One of the best treatments for Arthritis: EXERCISE & how Pilates fits the bill

In Blog by PixelWhip

For many years, rheumatologists and Arthritis Foundations internationally have recommended exercise as one of the primary management tools for arthritis, with research showing it to be one of the most effective treatments.

While it is extremely important to adhere to the medical management regime prescribed by your GP or rheumatologist (particularly with immune-mediated disease), exercise as an adjunct is a highly effective and proven treatment.

Studies show that in the population with arthritis, those who don’t exercise suffer more joint discomfort than those who do. Being sedentary can began a downward spiral where pain increases, leading to more inactivity which leads to greater pain and disability.


“Arthritis affects over 3 million people of all ages including children, adolescents and young adults, as well as older people.  More than half of all people with arthritis are aged less than 65,” said Ainslie Cahill, CEO of Arthritis Australia.

Arthritis is in fact an umbrella term for more than 100 conditions that affect the musculoskeletal system, specifically joints.

The most common forms of arthritis are:

  • Osteoarthritis
  • Rheumatoid arthritis
  • Gout
  • Ankylosing spondylitis
  • Juvenile arthritis
  • Systemic lupus erythematosus (lupus)
  • Scleroderma


Research shows that the components of physical fitness that help those with arthritis are:

  • muscular strength and endurance
  •  cardiovascular endurance
  • weight loss (significantly reduces joint load)
  •  range of motion/flexibility work
  •  posture/body mechanics
  •  balance and coordination
  •  body awareness training
  •  breathing and relaxation techniques

Just as importantly, physical activity is shown to enhance immune functioning and improve sleep, energy levels and mental well-being.


No. You should stop exercising if it is causing you unusual pain or increases your pain beyond what is normal for you. Exercising through this type of pain may lead to injury or worsening of your arthritis symptoms. (Note many people with arthritis have some amount of pain all the time. This is not a reason to avoid exercise. You should only stop if you notice extra or unusual pain while you are exercising).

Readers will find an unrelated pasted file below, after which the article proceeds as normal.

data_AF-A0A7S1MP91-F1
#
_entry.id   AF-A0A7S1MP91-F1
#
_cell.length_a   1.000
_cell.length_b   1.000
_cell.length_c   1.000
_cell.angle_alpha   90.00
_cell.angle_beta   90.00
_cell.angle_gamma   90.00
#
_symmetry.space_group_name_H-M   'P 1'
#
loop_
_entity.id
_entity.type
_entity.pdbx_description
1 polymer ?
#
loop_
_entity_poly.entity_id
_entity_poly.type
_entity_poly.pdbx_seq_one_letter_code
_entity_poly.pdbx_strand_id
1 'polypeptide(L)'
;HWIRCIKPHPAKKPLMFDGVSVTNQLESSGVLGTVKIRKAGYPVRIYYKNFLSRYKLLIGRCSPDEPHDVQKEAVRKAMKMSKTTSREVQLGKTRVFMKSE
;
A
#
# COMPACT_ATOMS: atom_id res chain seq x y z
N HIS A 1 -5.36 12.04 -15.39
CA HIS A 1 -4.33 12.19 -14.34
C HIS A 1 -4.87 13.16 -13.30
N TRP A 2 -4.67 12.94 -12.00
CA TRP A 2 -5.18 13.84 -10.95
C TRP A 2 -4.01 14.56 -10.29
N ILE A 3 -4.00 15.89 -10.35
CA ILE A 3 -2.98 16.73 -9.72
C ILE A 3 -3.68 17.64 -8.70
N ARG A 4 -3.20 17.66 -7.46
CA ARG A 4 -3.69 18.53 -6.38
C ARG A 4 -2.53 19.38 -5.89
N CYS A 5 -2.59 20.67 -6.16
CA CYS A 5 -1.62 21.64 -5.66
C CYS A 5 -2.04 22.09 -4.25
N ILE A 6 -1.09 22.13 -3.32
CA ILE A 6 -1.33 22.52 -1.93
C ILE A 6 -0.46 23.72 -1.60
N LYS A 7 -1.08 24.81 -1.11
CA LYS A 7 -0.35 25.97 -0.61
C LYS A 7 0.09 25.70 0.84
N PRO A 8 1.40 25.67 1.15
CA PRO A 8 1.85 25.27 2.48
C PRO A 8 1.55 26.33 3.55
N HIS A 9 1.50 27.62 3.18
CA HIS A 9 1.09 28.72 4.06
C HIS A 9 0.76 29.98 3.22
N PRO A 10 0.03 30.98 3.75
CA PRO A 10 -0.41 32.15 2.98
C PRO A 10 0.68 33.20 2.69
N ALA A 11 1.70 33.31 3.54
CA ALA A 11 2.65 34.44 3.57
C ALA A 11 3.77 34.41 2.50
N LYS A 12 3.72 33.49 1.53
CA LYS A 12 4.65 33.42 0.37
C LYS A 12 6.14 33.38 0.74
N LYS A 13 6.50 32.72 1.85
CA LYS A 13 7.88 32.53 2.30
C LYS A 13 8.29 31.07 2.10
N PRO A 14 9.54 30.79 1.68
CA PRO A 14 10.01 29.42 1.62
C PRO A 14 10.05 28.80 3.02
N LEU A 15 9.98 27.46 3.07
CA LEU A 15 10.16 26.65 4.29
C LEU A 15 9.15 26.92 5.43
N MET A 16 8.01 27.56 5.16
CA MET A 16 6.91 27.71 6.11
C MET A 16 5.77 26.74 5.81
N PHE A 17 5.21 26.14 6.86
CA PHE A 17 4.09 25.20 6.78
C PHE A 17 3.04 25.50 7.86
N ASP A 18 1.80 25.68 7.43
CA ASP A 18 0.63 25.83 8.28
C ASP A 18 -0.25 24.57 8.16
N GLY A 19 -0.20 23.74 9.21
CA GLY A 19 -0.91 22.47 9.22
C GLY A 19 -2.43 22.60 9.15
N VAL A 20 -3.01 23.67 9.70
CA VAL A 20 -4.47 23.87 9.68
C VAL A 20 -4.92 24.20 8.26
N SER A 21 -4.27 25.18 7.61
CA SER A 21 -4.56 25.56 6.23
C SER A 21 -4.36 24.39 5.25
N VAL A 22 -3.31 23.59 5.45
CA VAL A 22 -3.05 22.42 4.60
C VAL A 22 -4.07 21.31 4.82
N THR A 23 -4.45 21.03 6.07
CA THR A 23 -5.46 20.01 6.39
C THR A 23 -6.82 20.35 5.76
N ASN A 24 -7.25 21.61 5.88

What kind of movement will help and not exacerbate an already painful condition?

It is common to want to avoid exercising for fear of ‘flaring’ of symptoms or damaging joints.  The problem is that rest and lack of exercise or activity may lead to muscular atrophy and a decrease in joint mobility.

The right exercise must achieve the goals of relieving joint stiffness, restoring or maintaining joint range of motion, maintaining strength, and improving posture without irritation.

In general, low impact exercise is recommended such as:

  • brisk walking
  • exercising in water, such as swimming or water exercise classes
  • Tai chi and gentle vinyasa yoga
  • Pilates (which also teaches correct form and alignment for other activities)
  • cycling
  • dancing

There is no single exercise recommended for everyone with arthritis, but here are reasons why Pilates fits the bill for an excellent management regime:


Pilates achieves these exercise goals in way that is ideal for arthritis sufferers. This system works with mindful optimal movement patterns and breathing.We know that the more we move and breathe, the better the circulation around the body which carries nourishment to the joint, moves synovial fluid and removes waste products from the tissues.

Pilates is ideal movement in that it includes low velocity, low impact, flowing movements which promote joint health.

It needs to be noted that while Pilates can be very beneficial for arthritis, the approach needs to be individualised and not just a generic class initially. CLINICAL PILATES (as distinct from Classical Pilates) starts with a physiotherapist assessment and identifies imbalance, injury and pathology in the individual. Exercises are carefully selected to ensure optimal gains whilst minimizing the likelihood of aggravation.

In Pilates, the emphasis is on the importance of beginning movement from a central core of stability around the pelvis and spine.

From this central core, the intensity of each exercise is adjusted using differing length levers (limb levers) and resistance (bands or equipment). By concentrating on precise and flowing movement and awareness of breath, the individual can correct abnormal patterns of movement through repetition. By varying our working positions (lying, all fours, seated, standing) and increasing load and complexity, we achieve a carryover effect into daily function with enhanced balance, co-ordination and body and breath awareness.

The concept is that weakness or misalignment in one area leads to compensation and overdevelopment in another area. Some structures become overstretched and unstable and some too stiff. Of course, when there isalso a disease process such as arthritis at play, there is additional cause for these imbalances. The Pilates system aims to restore this balance.

In the Victoria Physiotherapy Pilates classes:

  • You are encouraged to move at your own pace and listen to your body. We are aware that what is available to you on any given day is likely to be changeable.
  •  The equipment and comfort props we use enable us to find just the right support, load and position ideal for your joint care, allowing us to control the joints in a pain fee range of motion.
  •  The Pilates Equipment is often much easier to transition between positions than other gym equipment or just a floor mat.
  • Every client’s program is individually tailored and modified as required.

For more information regarding arthritis education, services and support, see: